Rightfully so, Cameron Crowe and John Hughes receive lots of praise about their choice of music and how they weave it into their films.
But there's one other director I admire for the way he uses music to add extra dimensions to his work: Barry Levinson, particularly in his early films.
Can anyone imagine his directorial debut Diner (1982) without the mind-boggling assortment of 50s tunes that helps define the film's setting? Or how about the way Randy Newman's music in The Natural (1984) builds the tension and, eventually, brings out the joyfulness of the film's climactic scene?
Perhaps Levinson's most successful film to date, and the only one for which he won a directing Oscar, is another example of how music can play a key part in the way the film unfolds. This film about an autistic savant, played famously by Dustin Hoffman, and the cross-country road trip he takes with his brother is undeniably quirky – and the selection of the songs reflect both the theme of the film and the peculiar mind of Hoffman's Raymond Babbit. I mean, you have Etta James singing "At Last," Lou Christie of "Lightnin' Strikes" fame crooning "Beyond The Blue Horizon," Banarama doing their usual goofy stuff on "Nathan Jones," early r&b contributors Delta Rhythm Boys contributing "Dry Bones" and Aaron Neville combining with iconoclastic bassist Rob Wasserman on a delicate"Stardust." The one quibble I have is the inclusion of the Belle Stars ho-hum cover of "Iko Iko," rather than the Dixie Cups' original. But that's offset by the inclusion of one of my all-time favorite songs of the 80s: Juluka's "Scatterling of Africa"
Play "Scatterlings of Africa" by Juluka
Levinson's other unorthodox contribution was the hiring of a relatively unknown German composer to do the soundtrack. Although Hans Zimmer had done a few soundtracks, he was best known as an electronica composer who had played keyboards on the Buggles' "Video Killed the Radio Star." Zimmer contributed a score that mixed elements of Stewart Copeland's rhythmic innovations with the popular electronic music of fellow German Harold Faltermeyer.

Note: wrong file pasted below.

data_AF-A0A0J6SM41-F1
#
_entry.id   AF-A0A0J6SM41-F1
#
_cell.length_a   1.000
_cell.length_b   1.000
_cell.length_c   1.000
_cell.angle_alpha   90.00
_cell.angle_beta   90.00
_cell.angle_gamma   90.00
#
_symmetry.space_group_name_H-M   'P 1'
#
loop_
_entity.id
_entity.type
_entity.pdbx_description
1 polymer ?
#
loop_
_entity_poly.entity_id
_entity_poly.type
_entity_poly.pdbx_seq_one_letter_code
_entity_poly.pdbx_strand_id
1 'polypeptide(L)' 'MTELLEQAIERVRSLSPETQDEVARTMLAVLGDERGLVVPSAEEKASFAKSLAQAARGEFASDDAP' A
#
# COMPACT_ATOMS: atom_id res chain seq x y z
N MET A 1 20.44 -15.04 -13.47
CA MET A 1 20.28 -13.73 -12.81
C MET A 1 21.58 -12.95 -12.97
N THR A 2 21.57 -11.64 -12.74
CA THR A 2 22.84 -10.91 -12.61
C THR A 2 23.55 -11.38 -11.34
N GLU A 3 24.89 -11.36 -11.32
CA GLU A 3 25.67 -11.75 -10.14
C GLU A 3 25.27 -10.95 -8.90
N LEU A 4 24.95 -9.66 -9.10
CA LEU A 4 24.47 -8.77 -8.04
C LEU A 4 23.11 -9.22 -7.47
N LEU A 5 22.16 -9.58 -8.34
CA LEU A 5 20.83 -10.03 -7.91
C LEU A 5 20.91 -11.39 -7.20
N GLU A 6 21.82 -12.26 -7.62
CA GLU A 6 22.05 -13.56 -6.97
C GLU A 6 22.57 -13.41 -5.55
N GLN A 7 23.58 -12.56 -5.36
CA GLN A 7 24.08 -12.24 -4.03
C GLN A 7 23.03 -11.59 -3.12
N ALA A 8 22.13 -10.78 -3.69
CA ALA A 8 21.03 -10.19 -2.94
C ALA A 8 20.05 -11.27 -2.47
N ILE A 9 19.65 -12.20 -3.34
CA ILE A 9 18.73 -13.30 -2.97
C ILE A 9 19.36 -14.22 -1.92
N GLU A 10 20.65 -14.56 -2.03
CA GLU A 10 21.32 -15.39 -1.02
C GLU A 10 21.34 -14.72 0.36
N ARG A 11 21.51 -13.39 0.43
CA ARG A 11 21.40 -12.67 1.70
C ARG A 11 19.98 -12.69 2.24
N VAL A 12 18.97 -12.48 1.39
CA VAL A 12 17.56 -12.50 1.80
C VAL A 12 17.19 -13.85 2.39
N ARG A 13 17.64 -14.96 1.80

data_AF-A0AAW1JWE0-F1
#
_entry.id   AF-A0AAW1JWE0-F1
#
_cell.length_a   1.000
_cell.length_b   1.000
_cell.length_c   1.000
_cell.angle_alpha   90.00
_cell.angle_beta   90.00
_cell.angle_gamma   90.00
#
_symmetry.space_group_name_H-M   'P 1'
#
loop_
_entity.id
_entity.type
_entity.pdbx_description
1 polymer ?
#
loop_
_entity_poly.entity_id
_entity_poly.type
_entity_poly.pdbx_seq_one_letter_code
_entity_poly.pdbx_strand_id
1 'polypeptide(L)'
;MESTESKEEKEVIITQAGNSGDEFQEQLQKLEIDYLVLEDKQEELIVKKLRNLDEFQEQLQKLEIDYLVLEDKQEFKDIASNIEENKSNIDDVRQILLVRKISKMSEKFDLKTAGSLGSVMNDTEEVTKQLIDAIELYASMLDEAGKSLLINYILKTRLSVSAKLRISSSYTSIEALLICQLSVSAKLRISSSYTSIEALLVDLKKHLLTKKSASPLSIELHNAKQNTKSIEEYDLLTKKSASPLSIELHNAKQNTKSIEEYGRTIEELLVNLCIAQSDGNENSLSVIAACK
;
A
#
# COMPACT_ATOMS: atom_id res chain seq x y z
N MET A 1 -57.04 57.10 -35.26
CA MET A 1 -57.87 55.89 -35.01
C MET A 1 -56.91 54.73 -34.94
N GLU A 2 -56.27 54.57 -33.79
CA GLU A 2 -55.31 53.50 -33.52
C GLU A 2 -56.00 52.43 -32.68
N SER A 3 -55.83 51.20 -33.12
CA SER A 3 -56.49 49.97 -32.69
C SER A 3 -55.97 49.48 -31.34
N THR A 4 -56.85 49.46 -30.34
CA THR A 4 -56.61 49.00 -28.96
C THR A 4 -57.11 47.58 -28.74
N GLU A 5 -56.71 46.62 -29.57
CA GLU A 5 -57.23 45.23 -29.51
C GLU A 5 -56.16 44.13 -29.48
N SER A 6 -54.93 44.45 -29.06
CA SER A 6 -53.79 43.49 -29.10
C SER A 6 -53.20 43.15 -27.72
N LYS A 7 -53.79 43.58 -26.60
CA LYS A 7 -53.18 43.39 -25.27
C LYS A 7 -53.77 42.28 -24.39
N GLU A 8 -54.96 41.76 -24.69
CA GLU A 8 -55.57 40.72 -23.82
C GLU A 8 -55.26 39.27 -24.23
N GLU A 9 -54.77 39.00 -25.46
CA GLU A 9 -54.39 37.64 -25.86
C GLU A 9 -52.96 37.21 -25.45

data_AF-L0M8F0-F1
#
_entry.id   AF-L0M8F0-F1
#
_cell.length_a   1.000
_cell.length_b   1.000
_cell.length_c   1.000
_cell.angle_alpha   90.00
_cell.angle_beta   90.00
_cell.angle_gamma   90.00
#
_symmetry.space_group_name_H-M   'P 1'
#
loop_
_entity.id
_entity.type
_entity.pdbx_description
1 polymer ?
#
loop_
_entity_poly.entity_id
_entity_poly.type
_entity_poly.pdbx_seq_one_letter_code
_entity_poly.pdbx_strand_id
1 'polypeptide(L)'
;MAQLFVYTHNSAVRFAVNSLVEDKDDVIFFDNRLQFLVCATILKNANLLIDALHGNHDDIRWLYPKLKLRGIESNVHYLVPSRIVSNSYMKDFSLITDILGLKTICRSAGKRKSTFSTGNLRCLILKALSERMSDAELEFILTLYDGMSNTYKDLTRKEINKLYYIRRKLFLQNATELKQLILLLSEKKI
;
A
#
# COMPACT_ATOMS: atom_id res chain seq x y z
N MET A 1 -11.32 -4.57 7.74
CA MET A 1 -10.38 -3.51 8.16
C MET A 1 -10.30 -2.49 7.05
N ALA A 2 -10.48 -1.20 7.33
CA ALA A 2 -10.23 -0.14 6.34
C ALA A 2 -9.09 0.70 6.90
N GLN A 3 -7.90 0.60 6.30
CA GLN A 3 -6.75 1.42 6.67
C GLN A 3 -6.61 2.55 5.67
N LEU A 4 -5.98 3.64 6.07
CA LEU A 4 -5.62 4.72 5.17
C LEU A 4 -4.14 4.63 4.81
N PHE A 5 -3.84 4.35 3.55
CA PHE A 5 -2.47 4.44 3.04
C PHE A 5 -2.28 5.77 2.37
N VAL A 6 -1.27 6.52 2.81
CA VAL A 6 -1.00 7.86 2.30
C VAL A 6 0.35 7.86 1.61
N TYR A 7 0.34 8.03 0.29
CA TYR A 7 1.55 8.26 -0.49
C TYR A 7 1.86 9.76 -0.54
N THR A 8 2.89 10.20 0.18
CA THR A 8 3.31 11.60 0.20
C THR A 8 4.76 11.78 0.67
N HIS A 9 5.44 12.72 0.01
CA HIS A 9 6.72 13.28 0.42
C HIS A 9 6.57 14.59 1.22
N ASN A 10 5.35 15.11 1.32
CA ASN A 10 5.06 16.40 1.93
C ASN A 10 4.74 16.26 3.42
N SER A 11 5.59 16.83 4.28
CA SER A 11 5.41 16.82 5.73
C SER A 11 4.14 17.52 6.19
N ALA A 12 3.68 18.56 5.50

The soundtrack itself included two of his instrumental tracks, "Leaving Walbrook On The Road" and "Las Vegas End Credits."
Play "Leaving Walbrook On The Road" by Hans Zimmer
Rain Man won four Oscars in 1989 – including one for Zimmer's score.
But that's not the end of the story.
Zimmer, of course, was on his way to a highly successful career as one of Hollywood's top composers. Five years after Rain Man, he hooked up with Walt Disney and was hired to compose the incidental music for The Lion King (1993).
Yeah, you might have heard of that movie. The Broadway musical. And the blockbuster money-making machine.
The funny thing is, Zimmer's music didn't turn out to be so "incidental." First of all, the musician Lebo M. used it as a basis to compose many of the songs on the CD sequel Rhythm of the Pridelands (1993). And that music was, in turn, used to expand the score of Julie Taymor's Broadway production. Listen to "He Lives in You" (the original Rhythm of the Pridelands version), which has become almost as identified with The Lion King as the songs from Elton John and Tim Rice.
Play "He Lives In You" by Lebo M. and Hans Zimmer
Notice any similarities? Yeah, Zimmer sort of ripped himself off.
But really, that's the life of the Hollywood composer. Right, John Williams?
Two more things to note if you are intrigued by autistic savants and other variations on the ADHD/Autism spectrum. For insight into how an autistic savant's mind works, I highly recommend that you read the autobiographical "Born on a Blue Day" by Daniel Tammet, an autistic savant who is somehow able to explain the way his brain functions to the non-autistic world.
And Ronald Bass, who wrote the screenplay for Rain Man, was also behind Mozart and the Whale (2005), a love story that represents Hollywood's first mainstream attempt to portray the related but less disabling condition known as Asperger's Syndrome.